Are investors paying too much for ESG stocks?

Mark Leach, partner, James Hambro & Partners (Sponsored), 15/12/2020

Investment managers have moved aggressively away from fossil fuel stocks and into the renewable sector this year, but does switching to obvious low-carbon alternatives present a different threat – valuation risk?

In 2019 we saw a 250 percent increase in assets held in sustainable funds. We expect there to have been around £190 billion flow into sustainable funds in the first three quarters of this year alone, relative to £157 billion last year.

Much of the capital has moved into renewable plays like offshore wind and wind turbines.

Our concern is that this is now a risk as well. If you look at the valuations of companies like wind farm developer Ørsted, for example, they are at over 50 times earnings, relative to Shell on less than 10 times. That is pricing in an awful lot of growth when we expect increased competition from the big oil companies transitioning to renewable energy and potentially driving down returns.

Investment choices

At James Hambro & Partners we put ESG and wealth preservation at the core of our investment strategy. So how can our clients and advisers benefit from the transition to a low-carbon world in 2021?

We take the classic picks and shovels approach. We have looked across the value stack. Rather than take the call as to whether solar or wind will win, or whether to back BP or Ørsted, we take the view that, whatever happens, you need network grids that can deal with variable demand on electricity, as well as variable supply. So we have been looking closely at utility companies because they have a natural monopoly.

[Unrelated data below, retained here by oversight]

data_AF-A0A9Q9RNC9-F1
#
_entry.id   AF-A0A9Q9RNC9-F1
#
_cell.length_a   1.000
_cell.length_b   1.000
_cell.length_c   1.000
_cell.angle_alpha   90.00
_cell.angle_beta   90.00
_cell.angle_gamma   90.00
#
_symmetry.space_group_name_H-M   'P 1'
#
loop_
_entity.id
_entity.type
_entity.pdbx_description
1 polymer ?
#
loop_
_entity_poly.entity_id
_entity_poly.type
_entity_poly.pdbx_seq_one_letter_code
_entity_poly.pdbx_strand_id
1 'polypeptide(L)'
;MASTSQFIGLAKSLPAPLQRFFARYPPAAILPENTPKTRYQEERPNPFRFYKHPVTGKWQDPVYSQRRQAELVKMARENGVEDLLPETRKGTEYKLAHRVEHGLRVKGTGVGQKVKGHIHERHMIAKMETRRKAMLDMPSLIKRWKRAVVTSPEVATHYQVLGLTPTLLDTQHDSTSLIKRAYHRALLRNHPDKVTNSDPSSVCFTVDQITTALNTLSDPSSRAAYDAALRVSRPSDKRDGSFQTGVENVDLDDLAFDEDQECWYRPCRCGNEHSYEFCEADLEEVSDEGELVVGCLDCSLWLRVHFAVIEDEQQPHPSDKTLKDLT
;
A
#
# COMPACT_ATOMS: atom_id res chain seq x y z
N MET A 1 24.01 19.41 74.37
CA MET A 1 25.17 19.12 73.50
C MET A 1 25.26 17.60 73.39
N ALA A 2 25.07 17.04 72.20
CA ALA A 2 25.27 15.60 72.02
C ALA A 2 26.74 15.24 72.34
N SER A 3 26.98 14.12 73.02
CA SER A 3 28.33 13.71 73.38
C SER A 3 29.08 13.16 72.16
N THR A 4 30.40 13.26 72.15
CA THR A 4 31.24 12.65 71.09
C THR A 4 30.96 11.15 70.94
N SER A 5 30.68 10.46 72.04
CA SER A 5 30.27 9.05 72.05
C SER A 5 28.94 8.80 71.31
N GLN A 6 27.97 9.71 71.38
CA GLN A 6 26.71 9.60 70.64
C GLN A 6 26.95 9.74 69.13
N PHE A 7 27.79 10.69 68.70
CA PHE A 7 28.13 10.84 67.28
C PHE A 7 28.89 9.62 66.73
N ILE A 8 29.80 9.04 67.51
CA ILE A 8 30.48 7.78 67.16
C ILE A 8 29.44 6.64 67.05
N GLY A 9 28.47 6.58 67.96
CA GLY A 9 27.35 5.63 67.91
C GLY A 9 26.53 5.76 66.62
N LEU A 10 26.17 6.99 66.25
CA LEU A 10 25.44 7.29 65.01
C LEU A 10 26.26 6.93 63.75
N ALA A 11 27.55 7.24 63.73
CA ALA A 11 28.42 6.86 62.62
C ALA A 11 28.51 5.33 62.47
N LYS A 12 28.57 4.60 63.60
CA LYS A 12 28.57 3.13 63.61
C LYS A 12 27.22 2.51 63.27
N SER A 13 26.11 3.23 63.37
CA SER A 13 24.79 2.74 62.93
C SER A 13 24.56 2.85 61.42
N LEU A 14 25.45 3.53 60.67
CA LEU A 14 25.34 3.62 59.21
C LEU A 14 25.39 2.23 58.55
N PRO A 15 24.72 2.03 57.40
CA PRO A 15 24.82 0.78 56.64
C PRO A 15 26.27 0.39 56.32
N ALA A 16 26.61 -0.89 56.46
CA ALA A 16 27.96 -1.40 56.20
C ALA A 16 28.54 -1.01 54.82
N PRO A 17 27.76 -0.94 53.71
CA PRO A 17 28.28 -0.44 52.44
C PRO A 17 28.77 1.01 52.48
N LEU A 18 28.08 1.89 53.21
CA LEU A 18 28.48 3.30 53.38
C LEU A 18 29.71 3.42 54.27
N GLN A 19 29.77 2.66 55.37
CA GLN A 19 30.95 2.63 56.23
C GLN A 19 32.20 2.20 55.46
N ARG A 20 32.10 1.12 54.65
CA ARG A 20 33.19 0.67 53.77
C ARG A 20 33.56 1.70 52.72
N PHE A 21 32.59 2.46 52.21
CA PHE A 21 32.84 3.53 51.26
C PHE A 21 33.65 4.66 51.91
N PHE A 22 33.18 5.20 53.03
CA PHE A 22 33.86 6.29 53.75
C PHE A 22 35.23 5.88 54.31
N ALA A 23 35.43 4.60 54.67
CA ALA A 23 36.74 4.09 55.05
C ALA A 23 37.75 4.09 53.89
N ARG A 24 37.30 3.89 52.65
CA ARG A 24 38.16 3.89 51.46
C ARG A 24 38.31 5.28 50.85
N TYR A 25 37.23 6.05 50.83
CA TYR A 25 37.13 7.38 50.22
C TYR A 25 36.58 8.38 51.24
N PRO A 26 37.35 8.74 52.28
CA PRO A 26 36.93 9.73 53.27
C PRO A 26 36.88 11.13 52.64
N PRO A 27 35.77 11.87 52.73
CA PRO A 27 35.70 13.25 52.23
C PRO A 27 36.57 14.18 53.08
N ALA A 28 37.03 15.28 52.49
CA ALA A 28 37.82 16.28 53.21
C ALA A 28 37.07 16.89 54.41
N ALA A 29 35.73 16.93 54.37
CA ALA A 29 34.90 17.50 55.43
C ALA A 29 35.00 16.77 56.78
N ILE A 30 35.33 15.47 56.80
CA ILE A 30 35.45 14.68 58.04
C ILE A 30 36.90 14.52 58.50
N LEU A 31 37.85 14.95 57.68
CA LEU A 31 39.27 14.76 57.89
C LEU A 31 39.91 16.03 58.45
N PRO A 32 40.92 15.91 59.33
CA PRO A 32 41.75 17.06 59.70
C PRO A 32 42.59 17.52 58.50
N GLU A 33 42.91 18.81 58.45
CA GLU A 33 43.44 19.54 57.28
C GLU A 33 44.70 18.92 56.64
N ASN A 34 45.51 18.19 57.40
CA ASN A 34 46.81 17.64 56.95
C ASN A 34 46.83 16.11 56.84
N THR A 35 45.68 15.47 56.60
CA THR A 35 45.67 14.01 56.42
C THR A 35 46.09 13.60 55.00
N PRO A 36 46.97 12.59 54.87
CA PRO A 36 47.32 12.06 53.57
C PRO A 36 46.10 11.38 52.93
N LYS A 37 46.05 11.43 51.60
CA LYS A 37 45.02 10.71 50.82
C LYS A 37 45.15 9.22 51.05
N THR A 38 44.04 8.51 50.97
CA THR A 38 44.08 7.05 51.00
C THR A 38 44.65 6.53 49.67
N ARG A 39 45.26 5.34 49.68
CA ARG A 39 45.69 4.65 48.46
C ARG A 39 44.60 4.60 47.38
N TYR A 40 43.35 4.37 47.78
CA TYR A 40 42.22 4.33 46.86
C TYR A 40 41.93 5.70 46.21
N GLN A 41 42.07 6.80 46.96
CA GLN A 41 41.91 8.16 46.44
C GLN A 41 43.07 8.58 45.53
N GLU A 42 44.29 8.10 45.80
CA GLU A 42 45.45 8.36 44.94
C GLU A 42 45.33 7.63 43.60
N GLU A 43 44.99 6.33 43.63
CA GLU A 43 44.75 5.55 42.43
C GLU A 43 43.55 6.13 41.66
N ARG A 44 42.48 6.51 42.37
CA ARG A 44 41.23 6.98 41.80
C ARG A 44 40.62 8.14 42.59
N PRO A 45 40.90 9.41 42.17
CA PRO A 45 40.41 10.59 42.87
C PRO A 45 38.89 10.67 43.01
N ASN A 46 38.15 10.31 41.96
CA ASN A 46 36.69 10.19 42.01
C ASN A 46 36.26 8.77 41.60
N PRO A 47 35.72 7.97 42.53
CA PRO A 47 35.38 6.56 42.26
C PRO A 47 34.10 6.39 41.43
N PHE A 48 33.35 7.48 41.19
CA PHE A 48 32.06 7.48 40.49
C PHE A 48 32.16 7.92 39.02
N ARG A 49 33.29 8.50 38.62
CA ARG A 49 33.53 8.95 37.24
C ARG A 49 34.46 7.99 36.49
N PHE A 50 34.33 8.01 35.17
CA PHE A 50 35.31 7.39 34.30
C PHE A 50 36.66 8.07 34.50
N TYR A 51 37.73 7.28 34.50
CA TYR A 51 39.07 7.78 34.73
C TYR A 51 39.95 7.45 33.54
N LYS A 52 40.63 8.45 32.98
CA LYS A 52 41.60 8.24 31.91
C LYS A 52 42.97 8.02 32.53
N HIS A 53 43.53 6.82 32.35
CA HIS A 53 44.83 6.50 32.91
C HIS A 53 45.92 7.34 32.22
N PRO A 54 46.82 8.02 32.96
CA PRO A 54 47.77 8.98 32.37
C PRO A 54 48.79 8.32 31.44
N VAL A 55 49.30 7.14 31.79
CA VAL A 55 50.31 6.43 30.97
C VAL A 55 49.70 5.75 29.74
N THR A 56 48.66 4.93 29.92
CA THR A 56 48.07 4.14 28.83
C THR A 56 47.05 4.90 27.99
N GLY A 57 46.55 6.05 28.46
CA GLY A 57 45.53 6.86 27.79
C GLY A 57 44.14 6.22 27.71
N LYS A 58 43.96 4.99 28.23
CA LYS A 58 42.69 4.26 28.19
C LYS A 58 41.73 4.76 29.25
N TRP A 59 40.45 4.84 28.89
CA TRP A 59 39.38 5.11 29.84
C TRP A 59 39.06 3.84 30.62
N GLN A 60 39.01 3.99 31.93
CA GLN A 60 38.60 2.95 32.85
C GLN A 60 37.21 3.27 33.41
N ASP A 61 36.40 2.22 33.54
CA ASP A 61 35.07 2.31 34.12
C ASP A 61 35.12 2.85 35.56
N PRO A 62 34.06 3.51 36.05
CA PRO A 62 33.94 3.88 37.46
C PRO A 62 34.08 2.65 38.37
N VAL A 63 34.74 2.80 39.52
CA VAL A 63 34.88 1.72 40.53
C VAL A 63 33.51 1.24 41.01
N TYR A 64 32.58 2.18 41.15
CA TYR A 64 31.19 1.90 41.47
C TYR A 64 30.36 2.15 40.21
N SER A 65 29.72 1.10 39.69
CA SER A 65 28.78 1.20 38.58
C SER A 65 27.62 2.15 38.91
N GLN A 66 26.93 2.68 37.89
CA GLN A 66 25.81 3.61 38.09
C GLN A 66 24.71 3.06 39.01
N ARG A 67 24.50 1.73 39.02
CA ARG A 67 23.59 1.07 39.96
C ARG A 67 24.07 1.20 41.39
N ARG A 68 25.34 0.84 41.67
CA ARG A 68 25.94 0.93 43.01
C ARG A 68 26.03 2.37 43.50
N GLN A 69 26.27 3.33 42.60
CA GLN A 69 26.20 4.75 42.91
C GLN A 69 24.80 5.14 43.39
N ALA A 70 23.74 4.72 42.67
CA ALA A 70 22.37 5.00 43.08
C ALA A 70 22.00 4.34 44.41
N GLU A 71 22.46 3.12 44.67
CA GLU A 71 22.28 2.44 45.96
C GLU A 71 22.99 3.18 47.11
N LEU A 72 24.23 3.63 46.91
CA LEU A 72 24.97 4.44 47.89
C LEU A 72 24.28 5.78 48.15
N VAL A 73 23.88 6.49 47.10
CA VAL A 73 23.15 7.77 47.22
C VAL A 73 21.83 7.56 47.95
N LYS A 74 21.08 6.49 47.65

Yes, it is a regulated monopoly. But the regulator and the government are absolutely incentivised to invest in these businesses. We need to upgrade ageing Western networks to cope with a changing energy construct – one that has moved from centralised production to diversified and decentralised production.

We are also looking at other parts of the decarbonisation story. We like the transport sector and the building sector. Transport is responsible for around 25 percent of CO2; buildings for around 12 percent. There is a huge amount of pressure to decarbonise. We are seeing this huge shift in terms of forcing people to buy electric vehicles (EVs). We do not have to bet on VW or Tesla. All these cars are going to have more semiconductors on them, because they are having to deal with electrification of the drive train, so we can own companies in that space instead. And within the building sector we know some chemical companies that are helping to reduce the carbon intensity of cement and making buildings more efficient by using membranes that go on roofs to make them more effective in reflecting or retaining heat.

Investors must not assume that obviously green industries are the only way to capitalise on the drive to transition to a low-carbon world.

To learn more about James Hambro & Partner’s approach to sustainable investing, contact Christopher Macklin – email CMacklin@jameshambro.com. Telephone: 020 3817 3401

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